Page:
Can people with mental illness be held against their will in hospital emergency departments without mental-health treatment?
Advocates for people with mental illness say no. State leaders say yes.
After long months, the debate is headed for the state Supreme Court, and an argument that could alter the course of state mental-health policy.
The high court will hear oral arguments at 9 a.m. Thursday in Olympia. On one side stands the Department of Social and Health Services, which administers mental-health services across the state. On the other side: advocates for patients facing involuntary commitment, backed by associations of state hospitals, doctors and nurses, among others.
The debate targets the practice of “psychiatric boarding,” a bureaucratic euphemism. In real-world terms, it means holding patients against their will in hospital rooms without mental-health treatment. Patients say the practice violates their civil rights. State leaders say it doesn’t.
The practice is legal under current law, but a March 2013 decision by Pierce County Superior Court Commissioner Craig Adams labeled it unconstitutional. First reported by The News Tribune in a series of stories in 2013, the ruling forced a debate that pits the civil rights of people with mental illness against the state’s involuntary commitment practices.
Psychiatric boarding is a component of the state’s procedures governing involuntary commitment of people with mental illness – one piece of a mental-health system that costs roughly $500 million each year. According to those commitment procedures, patients who show a grave disability or present an imminent risk of harm to themselves or others can be detained against their will for up to 72 hours. After that, they’re entitled to a hearing in court to determine whether they should be committed for longer periods.
In theory, committed patients are supposed to receive a psychiatric evaluation and be sent to state-certified evaluation and treatment centers within three days. However, due to state budget cuts and corresponding reductions in services, patients are spending weeks and sometimes months in hospital emergency departments, where they don’t receive the mental-health treatment guaranteed by state and federal law.
Patient advocates, underlining the word “involuntary,” point out that patients have no choice when it comes to psychiatric boarding. They’re held against their will. The tradeoff is supposed to be treatment, but the patients don’t get it.
Adams issued his ruling against that backdrop, as more than a dozen patients strapped to hospital gurneys rolled into the commitment court at Western State Hospital in Lakewood, waiting for beds to open. The ruling, later affirmed by Pierce County Superior Court Judge Kathryn Nelson, included a subtle stinger: psychiatric boarding could not be used solely because of overcrowding at mental-health treatment centers. No vacancy was no excuse. The argument zoomed to the high court.
It set the stage for a debate some legal experts have compared to the McCleary decision, a recent Supreme Court ruling regarding education funding. In that case, the high court found the state was failing to fund basic education.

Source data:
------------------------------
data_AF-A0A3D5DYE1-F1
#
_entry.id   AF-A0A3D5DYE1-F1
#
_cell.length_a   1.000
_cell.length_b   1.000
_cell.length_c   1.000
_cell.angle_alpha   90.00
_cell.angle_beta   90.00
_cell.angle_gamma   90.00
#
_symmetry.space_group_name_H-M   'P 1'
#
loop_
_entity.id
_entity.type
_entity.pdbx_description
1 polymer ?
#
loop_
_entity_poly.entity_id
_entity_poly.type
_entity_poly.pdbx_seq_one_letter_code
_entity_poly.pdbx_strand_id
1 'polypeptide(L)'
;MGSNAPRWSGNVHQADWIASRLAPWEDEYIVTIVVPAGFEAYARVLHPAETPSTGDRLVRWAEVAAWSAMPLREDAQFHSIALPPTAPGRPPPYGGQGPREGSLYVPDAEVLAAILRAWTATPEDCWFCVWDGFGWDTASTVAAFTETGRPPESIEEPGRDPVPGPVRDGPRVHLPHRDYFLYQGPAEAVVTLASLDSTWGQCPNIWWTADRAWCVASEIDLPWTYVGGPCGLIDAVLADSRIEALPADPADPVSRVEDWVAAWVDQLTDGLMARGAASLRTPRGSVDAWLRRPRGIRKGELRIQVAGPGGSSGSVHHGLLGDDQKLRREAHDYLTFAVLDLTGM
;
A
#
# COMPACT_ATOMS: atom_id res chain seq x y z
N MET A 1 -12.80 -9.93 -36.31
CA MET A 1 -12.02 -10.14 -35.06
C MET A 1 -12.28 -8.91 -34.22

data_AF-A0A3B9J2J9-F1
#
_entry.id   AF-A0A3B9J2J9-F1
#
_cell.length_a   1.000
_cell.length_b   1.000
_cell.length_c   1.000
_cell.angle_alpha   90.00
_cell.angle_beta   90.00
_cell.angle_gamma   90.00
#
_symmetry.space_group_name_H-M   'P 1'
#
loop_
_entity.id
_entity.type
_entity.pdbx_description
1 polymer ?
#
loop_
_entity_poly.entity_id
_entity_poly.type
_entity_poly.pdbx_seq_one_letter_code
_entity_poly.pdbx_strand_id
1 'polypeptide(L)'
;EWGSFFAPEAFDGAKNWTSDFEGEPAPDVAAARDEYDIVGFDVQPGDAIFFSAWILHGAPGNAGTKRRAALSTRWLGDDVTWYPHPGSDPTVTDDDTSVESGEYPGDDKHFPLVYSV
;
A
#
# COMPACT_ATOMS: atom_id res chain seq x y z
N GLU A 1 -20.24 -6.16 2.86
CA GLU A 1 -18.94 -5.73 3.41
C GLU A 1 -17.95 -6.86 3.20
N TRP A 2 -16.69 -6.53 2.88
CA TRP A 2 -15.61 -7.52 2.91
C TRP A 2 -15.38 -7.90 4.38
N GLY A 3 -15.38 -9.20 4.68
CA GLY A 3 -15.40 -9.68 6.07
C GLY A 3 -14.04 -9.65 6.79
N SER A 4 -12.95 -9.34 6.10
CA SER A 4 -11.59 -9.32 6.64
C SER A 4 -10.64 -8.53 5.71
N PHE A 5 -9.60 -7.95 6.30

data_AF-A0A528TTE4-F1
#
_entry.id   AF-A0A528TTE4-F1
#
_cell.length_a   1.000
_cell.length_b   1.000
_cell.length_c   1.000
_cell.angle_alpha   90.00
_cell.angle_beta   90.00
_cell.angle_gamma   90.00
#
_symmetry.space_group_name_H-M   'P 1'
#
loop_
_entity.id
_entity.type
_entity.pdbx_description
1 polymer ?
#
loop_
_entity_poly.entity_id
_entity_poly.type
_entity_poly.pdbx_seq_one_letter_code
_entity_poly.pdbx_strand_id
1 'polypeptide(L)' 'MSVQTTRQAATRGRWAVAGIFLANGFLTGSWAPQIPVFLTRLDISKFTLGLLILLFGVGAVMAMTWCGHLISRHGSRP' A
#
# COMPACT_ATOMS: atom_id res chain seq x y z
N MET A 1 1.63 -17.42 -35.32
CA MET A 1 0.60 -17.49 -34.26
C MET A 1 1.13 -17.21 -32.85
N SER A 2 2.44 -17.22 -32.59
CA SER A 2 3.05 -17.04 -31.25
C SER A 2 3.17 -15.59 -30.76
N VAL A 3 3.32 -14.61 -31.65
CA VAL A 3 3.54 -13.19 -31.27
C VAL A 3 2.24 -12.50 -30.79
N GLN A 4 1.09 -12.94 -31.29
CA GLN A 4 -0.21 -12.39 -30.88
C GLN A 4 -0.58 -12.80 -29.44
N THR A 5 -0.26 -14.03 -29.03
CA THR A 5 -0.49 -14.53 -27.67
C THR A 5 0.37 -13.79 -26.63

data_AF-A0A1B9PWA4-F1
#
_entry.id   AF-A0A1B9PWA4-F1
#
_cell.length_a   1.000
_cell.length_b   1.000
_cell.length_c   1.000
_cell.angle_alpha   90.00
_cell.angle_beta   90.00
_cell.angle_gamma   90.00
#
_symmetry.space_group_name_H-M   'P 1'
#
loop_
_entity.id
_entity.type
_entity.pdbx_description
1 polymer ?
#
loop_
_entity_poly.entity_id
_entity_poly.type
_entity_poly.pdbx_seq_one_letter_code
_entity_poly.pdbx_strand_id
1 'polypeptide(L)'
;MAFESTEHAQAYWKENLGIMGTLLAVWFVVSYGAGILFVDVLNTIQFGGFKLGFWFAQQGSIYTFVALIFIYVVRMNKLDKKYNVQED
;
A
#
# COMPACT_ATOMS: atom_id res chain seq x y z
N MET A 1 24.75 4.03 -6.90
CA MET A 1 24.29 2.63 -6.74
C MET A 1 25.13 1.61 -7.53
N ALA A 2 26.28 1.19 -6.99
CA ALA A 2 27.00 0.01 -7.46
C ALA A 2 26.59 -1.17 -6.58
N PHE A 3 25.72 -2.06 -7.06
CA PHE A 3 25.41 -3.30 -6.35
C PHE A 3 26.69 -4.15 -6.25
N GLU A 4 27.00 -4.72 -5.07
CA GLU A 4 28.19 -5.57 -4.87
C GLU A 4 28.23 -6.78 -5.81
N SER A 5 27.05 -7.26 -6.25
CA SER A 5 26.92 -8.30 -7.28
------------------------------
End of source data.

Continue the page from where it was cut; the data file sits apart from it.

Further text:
The mental-health case stands on slightly different ground, but the state would face a serious dilemma if the court rules in favor of patients. A practice used throughout the state to temporarily confine mental patients would become illegal due to lack of funded space.
“If upheld, (the decision) would likely result in detained persons being released any time that a certified bed is not available, where they could pose a danger to themselves or others,” the DSHS briefing states.
State statistics cited in briefings to the high court indicate that psychiatric boarding has exploded in recent years. A total of 1,221 mental patients across the state were boarded in 2007. By 2013, the number had almost tripled, to 3,421 patients, according to DSHS numbers.
The figures coincide with state cuts to mental-health treatment funding: Between 2000 and 2010, the state reduced beds at state-certified treatment facilities from 790 to 593.
Attorneys for the hospitals, doctors and nurses have filed friend-of-the-court briefs arguing hospitals and their staffs are rarely equipped to provide the mental-health treatment patients require.
Hospitals across the state (one briefing lists 98 of them) provide emergency medical treatment and care, but few offer mental-health services. The result: patients are simply held in emergency departments, sometimes with physical restraints and little else.
“The use of seclusion, restraint or forced medication intended to calm the agitated patient has the potential for harmful side effects, both physical and psychological,” one briefing states. “Rather than provide ongoing treatment, the primary goal in many emergency departments is to keep psychiatric patients safe – to ensure they do not harm themselves or anyone else – until they can be moved to an appropriate facility to receive the definitive mental-health treatment they require.”
The state’s defense rests almost entirely on procedure. State attorneys argue that the judges, Adams and Nelson, had no authority to issue their rulings, and that patients should have argued in different venues to change state rules.
Patient advocates say those arguments ignore the constitutional rights of patients.
“Mental health treatment has become a scarce resource,” one briefing states. “The solution urged by the appellants is that mentally ill persons should be locked up in an emergency room to wait their turn. Respondents urge this court to reject this so-called solution and affirm the Superior Court’s ruling.”